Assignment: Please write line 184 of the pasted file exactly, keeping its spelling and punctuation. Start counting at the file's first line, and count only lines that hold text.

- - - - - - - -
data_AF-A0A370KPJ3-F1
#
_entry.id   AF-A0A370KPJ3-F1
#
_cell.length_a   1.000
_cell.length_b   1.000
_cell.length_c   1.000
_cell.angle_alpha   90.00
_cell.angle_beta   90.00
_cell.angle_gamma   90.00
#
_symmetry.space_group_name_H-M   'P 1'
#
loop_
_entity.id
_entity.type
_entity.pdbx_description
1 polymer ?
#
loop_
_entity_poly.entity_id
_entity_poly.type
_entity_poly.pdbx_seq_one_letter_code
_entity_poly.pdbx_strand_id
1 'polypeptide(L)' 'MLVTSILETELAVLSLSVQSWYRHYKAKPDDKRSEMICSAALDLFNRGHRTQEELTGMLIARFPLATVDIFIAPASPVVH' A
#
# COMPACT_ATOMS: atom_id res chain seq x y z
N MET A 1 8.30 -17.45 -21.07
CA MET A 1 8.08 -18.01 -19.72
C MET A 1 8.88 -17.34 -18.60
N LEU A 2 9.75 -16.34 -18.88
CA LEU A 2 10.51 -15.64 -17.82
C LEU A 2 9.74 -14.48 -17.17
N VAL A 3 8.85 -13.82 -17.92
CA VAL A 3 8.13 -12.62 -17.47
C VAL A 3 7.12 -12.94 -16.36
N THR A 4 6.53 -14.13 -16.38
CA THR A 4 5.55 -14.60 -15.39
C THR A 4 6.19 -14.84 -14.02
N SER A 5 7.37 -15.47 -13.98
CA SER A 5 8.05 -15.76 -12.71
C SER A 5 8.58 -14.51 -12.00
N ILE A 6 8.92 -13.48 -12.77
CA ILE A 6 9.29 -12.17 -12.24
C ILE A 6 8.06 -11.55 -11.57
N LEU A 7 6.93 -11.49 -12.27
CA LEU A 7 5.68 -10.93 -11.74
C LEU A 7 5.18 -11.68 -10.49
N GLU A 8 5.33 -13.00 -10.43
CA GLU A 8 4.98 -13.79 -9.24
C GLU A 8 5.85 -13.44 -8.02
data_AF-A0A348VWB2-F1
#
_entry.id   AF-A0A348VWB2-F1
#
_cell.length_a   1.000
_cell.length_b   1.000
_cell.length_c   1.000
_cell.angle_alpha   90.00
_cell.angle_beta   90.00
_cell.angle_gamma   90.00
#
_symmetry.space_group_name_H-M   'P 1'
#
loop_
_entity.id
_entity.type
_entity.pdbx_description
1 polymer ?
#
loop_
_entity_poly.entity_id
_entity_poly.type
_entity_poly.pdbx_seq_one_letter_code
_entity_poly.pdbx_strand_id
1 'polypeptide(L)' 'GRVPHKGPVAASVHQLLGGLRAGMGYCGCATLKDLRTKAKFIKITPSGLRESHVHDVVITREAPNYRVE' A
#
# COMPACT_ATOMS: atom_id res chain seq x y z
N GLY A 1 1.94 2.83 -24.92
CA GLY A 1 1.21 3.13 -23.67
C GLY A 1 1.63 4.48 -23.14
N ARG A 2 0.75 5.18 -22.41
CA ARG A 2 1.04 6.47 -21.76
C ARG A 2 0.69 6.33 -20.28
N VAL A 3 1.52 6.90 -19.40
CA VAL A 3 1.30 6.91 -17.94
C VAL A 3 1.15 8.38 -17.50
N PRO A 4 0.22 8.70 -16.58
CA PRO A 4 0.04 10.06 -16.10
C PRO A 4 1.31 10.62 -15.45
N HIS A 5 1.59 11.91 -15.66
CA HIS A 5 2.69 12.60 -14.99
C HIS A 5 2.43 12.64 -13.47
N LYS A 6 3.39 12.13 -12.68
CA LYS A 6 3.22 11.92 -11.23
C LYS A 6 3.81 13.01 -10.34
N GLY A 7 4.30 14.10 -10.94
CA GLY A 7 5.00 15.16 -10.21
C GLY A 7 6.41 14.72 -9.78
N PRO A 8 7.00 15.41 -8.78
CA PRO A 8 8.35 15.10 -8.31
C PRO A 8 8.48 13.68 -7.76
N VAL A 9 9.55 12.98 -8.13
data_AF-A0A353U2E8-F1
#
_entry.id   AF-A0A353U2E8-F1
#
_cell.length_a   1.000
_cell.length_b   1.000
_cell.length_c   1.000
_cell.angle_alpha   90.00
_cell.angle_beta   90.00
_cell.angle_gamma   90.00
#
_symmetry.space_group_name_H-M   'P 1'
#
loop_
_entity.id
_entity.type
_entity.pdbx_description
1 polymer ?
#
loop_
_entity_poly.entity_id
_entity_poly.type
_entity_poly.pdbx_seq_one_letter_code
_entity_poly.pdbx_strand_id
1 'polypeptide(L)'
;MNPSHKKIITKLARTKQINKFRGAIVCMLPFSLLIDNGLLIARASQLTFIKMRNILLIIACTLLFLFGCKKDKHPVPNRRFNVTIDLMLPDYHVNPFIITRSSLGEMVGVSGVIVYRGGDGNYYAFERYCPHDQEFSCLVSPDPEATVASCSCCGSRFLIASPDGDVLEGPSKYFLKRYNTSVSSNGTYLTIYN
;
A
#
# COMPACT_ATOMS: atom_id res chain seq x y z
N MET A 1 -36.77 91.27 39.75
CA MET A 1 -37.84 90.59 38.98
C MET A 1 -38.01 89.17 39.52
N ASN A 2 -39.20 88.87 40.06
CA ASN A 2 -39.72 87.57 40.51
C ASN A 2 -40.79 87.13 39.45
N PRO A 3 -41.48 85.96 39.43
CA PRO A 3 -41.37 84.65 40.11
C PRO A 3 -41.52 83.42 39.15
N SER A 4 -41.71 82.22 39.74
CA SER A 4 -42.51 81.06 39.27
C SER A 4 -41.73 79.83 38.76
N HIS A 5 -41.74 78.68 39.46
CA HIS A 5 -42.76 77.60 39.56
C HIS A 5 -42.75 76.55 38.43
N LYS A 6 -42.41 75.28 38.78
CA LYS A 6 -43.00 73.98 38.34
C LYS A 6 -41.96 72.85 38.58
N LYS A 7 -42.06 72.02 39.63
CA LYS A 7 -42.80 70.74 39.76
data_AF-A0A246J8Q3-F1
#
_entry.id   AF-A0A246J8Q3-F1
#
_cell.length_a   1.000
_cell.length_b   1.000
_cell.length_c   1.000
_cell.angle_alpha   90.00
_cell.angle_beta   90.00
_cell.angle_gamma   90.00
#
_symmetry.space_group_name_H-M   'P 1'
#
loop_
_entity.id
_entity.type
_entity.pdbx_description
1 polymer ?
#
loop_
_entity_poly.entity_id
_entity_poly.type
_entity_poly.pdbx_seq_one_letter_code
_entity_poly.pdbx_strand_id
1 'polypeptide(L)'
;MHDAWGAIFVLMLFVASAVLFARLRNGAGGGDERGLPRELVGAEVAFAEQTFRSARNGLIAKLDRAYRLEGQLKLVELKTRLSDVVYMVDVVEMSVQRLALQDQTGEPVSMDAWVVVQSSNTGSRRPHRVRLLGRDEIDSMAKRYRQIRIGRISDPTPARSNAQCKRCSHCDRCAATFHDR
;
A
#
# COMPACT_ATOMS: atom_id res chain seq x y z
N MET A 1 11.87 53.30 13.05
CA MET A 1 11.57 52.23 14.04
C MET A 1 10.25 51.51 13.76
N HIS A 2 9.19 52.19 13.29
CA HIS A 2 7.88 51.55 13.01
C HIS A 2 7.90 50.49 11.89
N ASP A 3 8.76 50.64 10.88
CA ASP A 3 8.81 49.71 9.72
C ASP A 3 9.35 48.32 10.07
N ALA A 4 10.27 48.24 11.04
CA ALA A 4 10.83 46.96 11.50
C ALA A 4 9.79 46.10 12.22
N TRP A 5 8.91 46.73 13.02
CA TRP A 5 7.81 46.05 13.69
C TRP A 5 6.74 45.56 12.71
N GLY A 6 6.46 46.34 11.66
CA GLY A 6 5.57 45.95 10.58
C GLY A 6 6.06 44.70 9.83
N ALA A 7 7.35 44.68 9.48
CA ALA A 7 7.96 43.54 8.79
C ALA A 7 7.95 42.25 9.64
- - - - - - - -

N MET A 1 11.87 53.30 13.05